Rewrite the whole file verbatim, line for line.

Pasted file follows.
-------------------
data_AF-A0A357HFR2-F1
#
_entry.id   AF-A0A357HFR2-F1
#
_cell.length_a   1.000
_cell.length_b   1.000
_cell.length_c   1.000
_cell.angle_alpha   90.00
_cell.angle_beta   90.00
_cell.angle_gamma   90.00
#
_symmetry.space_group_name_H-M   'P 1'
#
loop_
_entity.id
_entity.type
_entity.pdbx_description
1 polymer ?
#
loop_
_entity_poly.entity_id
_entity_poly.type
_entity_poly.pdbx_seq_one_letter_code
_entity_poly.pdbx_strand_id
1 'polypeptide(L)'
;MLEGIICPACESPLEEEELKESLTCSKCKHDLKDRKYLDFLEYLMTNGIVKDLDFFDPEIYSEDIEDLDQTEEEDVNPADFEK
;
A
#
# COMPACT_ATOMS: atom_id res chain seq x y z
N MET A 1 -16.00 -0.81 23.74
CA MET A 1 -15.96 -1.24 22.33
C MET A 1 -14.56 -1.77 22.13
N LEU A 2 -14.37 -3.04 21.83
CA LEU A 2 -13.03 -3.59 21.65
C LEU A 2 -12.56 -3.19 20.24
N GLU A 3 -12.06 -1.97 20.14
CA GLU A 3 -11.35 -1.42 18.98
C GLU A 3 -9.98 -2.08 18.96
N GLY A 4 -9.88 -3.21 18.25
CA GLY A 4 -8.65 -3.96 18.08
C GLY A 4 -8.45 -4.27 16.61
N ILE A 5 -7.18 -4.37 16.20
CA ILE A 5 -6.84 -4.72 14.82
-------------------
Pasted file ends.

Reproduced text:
data_AF-A0A357HFR2-F1
#
_entry.id   AF-A0A357HFR2-F1
#
_cell.length_a   1.000
_cell.length_b   1.000
_cell.length_c   1.000
_cell.angle_alpha   90.00
_cell.angle_beta   90.00
_cell.angle_gamma   90.00
#
_symmetry.space_group_name_H-M   'P 1'
#
loop_
_entity.id
_entity.type
_entity.pdbx_description
1 polymer ?
#
loop_
_entity_poly.entity_id
_entity_poly.type
_entity_poly.pdbx_seq_one_letter_code
_entity_poly.pdbx_strand_id
1 'polypeptide(L)'
;MLEGIICPACESPLEEEELKESLTCSKCKHDLKDRKYLDFLEYLMTNGIVKDLDFFDPEIYSEDIEDLDQTEEEDVNPADFEK
;
A
#
# COMPACT_ATOMS: atom_id res chain seq x y z
N MET A 1 -16.00 -0.81 23.74
CA MET A 1 -15.96 -1.24 22.33
C MET A 1 -14.56 -1.77 22.13
N LEU A 2 -14.37 -3.04 21.83
CA LEU A 2 -13.03 -3.59 21.65
C LEU A 2 -12.56 -3.19 20.24
N GLU A 3 -12.06 -1.97 20.14
CA GLU A 3 -11.35 -1.42 18.98
C GLU A 3 -9.98 -2.08 18.96
N GLY A 4 -9.88 -3.21 18.25
CA GLY A 4 -8.65 -3.96 18.08
C GLY A 4 -8.45 -4.27 16.61
N ILE A 5 -7.18 -4.37 16.20
CA ILE A 5 -6.84 -4.72 14.82